Senator West announces new state law to fight metals theft
DALLAS -- State Senator Royce West (D-Dallas) will join forces with Dallas Police, state and city officials and scrap metal yard owners to announce the implementation of new state law to address the epidemic rise in thefts of regulated metals (copper, brass, bronze, aluminum). The news conference will take place Friday, April 11, 2008 at the Jack Evans - Dallas Police Headquarters - Media Conference Room - located at 1400 S. Lamar St. The time is 9:00 am.
"We began work on this legislation with Dallas Police in early 2006 due to the outcry of citizens and businesses owners, many continuously victimized by thieves. Their air conditioning units were being stolen, construction projects were raided for building supplies and there seemed to be no end in sight," said Senator West. "While the problem was not well-defined at the start of session, this legislative remedy soon gained widespread and bipartisan support. But it will still take a team effort if we are to deter a form of crime that costs its victims in terms of money and frustration."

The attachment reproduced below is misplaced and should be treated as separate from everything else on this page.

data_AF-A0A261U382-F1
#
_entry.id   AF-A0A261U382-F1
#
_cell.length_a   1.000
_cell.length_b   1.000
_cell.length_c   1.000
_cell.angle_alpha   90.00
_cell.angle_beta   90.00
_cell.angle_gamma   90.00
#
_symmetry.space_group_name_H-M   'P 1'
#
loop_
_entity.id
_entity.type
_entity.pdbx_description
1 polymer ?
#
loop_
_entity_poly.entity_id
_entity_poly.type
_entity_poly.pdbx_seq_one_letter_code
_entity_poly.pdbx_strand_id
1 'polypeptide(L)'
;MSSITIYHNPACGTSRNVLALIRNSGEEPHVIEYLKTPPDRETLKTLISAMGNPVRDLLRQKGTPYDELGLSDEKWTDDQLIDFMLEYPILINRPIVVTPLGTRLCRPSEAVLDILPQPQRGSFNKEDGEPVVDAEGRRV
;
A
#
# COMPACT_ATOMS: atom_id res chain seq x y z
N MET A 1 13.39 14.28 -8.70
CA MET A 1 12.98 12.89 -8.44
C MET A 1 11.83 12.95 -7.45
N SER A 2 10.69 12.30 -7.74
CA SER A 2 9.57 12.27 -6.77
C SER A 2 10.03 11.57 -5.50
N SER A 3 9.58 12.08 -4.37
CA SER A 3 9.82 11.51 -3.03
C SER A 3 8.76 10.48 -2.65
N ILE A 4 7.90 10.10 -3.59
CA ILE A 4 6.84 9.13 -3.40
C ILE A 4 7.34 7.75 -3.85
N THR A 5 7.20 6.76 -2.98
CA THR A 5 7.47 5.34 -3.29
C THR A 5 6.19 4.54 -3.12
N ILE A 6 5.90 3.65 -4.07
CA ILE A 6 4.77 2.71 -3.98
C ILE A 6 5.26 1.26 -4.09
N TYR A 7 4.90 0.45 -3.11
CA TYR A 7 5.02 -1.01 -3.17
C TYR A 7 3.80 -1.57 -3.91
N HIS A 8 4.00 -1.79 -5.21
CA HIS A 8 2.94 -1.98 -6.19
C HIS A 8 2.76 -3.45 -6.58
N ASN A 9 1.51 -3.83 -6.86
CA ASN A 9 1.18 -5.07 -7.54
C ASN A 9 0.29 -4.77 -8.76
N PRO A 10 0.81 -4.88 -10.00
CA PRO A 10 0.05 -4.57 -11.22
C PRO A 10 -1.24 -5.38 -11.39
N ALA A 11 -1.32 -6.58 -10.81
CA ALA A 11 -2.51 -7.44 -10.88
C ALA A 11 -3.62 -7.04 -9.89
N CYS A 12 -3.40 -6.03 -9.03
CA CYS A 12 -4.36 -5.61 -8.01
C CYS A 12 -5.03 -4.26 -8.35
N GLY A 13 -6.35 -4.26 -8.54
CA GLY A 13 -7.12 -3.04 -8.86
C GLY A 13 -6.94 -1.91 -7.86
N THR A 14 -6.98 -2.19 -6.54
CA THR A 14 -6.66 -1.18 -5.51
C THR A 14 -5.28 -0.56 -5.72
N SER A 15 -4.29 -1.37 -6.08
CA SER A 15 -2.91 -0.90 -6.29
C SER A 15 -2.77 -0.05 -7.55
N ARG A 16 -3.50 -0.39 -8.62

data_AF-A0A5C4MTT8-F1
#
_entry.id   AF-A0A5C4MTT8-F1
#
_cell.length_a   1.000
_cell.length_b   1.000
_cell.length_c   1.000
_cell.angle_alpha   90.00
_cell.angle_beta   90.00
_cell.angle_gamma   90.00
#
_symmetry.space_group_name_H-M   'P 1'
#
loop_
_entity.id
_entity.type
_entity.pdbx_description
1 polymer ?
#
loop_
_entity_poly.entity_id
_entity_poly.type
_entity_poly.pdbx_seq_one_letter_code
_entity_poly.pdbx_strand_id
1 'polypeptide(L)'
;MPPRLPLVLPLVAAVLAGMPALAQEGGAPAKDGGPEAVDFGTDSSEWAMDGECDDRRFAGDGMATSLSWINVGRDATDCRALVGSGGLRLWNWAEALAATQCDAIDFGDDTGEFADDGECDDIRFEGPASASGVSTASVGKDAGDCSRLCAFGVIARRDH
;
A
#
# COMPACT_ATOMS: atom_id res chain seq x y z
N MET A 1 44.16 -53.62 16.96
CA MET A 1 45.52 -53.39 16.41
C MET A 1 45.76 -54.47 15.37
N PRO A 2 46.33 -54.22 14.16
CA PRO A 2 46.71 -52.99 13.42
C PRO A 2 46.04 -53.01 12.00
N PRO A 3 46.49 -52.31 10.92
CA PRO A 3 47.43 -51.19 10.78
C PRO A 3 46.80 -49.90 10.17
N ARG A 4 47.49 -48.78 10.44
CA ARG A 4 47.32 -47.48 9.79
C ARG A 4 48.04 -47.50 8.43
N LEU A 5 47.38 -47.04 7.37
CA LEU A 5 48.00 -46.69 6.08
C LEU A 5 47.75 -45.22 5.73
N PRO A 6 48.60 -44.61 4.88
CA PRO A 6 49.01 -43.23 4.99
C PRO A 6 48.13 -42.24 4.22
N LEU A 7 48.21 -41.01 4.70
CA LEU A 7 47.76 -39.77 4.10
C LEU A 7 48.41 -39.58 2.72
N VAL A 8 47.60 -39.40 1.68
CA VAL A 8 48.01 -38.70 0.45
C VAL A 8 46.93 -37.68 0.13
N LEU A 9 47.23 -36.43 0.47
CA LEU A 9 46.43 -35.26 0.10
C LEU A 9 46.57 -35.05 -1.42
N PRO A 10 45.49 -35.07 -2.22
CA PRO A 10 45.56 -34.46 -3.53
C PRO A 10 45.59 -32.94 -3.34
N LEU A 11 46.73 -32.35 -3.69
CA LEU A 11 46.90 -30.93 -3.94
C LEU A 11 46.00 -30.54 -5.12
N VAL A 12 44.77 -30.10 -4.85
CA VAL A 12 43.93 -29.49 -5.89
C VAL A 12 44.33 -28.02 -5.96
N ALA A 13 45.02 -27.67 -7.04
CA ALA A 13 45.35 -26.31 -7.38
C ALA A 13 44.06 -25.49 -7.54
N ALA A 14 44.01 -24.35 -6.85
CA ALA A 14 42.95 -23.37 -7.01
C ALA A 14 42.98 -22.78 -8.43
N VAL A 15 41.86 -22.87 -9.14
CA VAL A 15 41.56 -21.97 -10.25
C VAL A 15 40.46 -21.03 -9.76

The new state law is modeled from a City of Dallas ordinance passed in 2006. Since that time, Dallas police have assigned a squad to work with metal yard owners in patrolling metals thefts.
During the 2007 session of the Texas Legislature, Senator West authored SB642. The bill employed a comprehensive approach to combating regulated metals thefts by creating a statewide electronic database, limiting public operation hours, restricting the sale of certain items by the general public and created statewide "hold" guidelines so that purchased regulated items can be inspected by police. SB642 did not pass, but was rolled into SB1154 by Senator John Carona, (R- Dallas) a bill that strengthened identification requirements for sellers and increased criminal penalties for buyers and sellers of stolen goods. SB1154 passed into law effective Sept. 1, 2007.
"The new statewide database established by SB1154 will be maintained by the Department of Public Safety," said Dallas' Chief of Police David Kunkle. "This will provide yet another tool for law enforcement to use in dealing with those who buy and sell stolen metals."
One of SB1154's most crucial components, the statewide database will soon go into effect. It will help law enforcement to detect patterns of persons who frequently sell restricted items of questionable origin. The bill also requires all scrap metal vendors to register with the state. The legislation has the support of the scrap metal industry and has now been modeled in other parts of the country.